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Front Page » September 1, 2005 » Local News » Price officials accept grant to fund city street projects
Published 3,253 days ago

Price officials accept grant to fund city street projects


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By CHARI JELSMA
Sun Advocate reporter

Price officials decided to accept a grant of $324,869 from the Utah Permanent Community Impact Board during the city council meeting on Aug. 24.

The grant was on the consent items for last Wednesday's council meeting agenda.

The consent item was passed unanimously at the meeting by all members of the Price City Council.

The grant money from the department of community and culture, division of housing and development will go to paving and other related improvements to 1200 North 300 East, 700 East 900 North and Airport Road east of Highway 55 in Price. The funding will also be used for various scheduled slurry seal projects at location sthroughout the city.

While the PCIFB will be providing $324,869 in funds to the city for the road improvement projects, the total estimated cost is $409,869.

The estimated amount includes $394,869 in construction costs, $5,000 in engineer or architect costs and $10,000 in special studies.

The grant will leave $85,000 of the project unpaid.

Price city is required to contribute the $85,000 to complete the projects.

The PCIFB requires that Price city has the additional funds and that the revenues be available for the completion of the project.

The PCIFB has asked the division of housing and community development to monitor the project until completion.

To ensure the reliability of work and materials, the project is required to follow the standard terms and conditions set forth by the state. The guidelines require that "any and all supplies, services and equipment furnished will comply fully with all applicable federal and state laws and regulations."

The regulations also require that the "contractor agrees to warrant and assume responsibility for all products (including hardware, firmware, and/or software products) that it licenses, contracts, or sells to the State of Utah under this contract for a period of one year, unless otherwise specified and mutually agreed upon elsewhere in this contract."

If supplies used for the project do not hold up for the one-year warranty, the contractor is required to repair or replace the defective products at no charge to the state or city.

If a defect is discovered, the contractor must be notifie in writing.

If the repaired or replaced product proves inadequate or fails to serve its essential purpose, the contractor will refund the full amount of any payments that have been made.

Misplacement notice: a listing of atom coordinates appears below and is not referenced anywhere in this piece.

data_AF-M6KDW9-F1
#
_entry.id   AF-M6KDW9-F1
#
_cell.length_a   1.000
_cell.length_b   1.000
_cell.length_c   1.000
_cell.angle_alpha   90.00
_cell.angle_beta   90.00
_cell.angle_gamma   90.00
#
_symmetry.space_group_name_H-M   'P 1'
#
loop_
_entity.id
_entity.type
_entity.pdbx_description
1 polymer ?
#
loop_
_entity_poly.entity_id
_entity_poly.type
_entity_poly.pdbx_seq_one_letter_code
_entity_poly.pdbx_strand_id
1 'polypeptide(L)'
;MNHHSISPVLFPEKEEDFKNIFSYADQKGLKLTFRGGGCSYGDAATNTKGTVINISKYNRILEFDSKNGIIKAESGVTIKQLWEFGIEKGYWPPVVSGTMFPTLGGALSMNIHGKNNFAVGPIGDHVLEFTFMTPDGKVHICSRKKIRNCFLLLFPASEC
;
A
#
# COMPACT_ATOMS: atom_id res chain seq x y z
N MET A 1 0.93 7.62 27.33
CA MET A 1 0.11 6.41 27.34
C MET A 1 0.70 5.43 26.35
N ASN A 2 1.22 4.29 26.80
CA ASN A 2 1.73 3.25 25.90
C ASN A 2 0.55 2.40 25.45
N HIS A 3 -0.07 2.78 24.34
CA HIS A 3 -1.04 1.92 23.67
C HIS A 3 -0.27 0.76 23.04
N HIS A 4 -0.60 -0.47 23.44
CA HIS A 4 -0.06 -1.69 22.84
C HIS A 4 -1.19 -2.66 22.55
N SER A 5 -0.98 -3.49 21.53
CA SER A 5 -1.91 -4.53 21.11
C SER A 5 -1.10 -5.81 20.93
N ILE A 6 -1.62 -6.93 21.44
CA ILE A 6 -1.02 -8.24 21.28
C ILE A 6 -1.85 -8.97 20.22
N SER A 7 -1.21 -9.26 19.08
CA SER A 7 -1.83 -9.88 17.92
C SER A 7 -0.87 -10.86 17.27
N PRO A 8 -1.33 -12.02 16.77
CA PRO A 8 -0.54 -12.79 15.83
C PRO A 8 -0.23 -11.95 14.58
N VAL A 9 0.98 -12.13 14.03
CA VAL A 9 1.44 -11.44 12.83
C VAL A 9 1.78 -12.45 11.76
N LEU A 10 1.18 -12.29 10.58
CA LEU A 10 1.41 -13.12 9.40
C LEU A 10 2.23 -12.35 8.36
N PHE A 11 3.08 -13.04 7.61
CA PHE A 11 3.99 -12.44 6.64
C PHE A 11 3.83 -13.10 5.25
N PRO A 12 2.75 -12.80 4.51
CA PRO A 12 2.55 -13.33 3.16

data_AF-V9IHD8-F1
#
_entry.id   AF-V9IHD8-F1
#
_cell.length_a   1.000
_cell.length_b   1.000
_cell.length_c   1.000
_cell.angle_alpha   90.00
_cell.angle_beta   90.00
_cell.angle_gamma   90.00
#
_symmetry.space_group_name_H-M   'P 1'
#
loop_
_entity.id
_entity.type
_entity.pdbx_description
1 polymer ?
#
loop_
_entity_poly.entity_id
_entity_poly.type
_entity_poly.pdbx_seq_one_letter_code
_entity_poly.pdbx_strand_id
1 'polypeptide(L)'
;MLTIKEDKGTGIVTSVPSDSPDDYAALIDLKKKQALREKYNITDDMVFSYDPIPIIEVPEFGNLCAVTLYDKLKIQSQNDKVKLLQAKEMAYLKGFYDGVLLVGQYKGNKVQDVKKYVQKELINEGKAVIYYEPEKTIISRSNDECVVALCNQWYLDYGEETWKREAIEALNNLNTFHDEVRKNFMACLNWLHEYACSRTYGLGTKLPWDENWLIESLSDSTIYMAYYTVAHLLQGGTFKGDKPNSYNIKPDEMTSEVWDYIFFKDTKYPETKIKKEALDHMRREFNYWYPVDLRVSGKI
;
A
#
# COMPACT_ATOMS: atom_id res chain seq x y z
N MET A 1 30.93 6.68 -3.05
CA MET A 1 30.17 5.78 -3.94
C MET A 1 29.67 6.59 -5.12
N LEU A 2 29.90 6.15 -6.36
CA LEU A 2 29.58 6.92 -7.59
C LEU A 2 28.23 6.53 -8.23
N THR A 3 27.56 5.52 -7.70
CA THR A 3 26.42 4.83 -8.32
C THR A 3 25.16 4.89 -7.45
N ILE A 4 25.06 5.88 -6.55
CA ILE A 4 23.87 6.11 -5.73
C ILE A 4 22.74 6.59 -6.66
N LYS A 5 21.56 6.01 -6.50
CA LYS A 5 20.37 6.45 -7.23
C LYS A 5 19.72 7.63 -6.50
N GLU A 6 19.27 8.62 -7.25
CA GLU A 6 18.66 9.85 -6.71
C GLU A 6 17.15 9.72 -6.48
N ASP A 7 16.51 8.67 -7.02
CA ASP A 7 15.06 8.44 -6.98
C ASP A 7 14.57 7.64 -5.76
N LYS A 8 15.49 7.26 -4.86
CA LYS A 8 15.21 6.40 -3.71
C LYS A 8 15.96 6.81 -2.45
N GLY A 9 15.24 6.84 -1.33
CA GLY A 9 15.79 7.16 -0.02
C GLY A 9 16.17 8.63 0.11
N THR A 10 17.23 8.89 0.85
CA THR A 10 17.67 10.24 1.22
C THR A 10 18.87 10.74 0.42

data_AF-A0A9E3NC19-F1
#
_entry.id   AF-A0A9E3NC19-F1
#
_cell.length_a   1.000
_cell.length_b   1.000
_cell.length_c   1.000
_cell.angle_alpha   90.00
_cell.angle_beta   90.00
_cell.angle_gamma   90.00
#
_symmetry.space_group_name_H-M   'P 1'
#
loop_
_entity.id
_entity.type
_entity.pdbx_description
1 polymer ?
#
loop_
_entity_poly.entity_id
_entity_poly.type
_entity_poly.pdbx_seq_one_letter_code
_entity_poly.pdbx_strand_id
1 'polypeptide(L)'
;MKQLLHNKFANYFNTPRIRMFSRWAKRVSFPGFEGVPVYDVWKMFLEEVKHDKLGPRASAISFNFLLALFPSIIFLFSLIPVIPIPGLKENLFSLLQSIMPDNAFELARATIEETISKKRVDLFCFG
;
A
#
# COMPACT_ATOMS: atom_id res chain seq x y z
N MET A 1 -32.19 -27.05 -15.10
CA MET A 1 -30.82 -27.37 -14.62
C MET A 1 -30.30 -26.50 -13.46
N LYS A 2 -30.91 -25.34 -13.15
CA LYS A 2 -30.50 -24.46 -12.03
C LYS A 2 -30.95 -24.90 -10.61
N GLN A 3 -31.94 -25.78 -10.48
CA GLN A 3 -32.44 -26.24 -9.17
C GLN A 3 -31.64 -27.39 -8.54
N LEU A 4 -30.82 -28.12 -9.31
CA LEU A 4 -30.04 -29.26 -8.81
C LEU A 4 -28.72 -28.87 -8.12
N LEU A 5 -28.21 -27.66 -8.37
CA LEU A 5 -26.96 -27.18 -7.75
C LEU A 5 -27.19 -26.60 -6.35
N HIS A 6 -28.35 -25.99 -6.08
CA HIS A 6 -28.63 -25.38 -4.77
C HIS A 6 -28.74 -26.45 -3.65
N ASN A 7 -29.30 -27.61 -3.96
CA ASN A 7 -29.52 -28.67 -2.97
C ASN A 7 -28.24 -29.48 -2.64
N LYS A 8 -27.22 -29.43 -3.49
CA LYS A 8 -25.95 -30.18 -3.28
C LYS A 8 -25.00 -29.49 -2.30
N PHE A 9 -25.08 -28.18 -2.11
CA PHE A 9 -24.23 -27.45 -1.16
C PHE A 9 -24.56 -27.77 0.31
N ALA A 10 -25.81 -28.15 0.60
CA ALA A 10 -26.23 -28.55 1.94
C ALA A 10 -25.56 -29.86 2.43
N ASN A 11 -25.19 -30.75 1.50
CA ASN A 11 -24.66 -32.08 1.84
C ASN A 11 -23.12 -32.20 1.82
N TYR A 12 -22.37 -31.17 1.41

The monies contributed by the PCIFB to Price city were awarded only for the planning, construction and maintenance of public facilities or the provision of public services. The funds cannot be used for different purposes or projects.

In an unrelated matter at the Aug. 24 council meeting, Price officials granted a request from Coastal Energy to lease city property for gas extraction.

Coastal Energy requested a lease of property owned by the city of Price in the Miller Creek area for the gas extraction. This parcel of land already has an existing well on it that Price city was going to abandon and spend around $20,000 to plug for liability reasons.

The city attorney, Nick Sampinos, is currently working with Coastal Energy to work out the terms of the lease of the land.

Coastal Energy has also expressed interest in leasing other parcels of land for mineral extraction. These areas were being leased by Conoco Phillips, who hasn't expressed any interest in renewing their lease with the city.

Sampinos advised the members of the council that proceeding with the lease of the additional land, as well as the parcel on Miller Creek, would be beneficial for the city.

He also advised Price officials to contact Conoco Phillips to see if the company would be interested in renewing the lease for the land with the city.

Sampinos indicated that Conoco Phillips renewing the agreement would be more beneficial to the city than Coastal Energy leasing the land. The situation is due to Conoco Phillips giving more compensation for land being used for mineral and gas extraction.

"We were going to abandon and spend $20,000 to plug," said Price Mayor Joe Piccolo. "We've reversed a liability into some what of an asset."

The motion to allow the lease of the land in the Miller Creek area for gas extraction was passed unanimously by the Price City Council.



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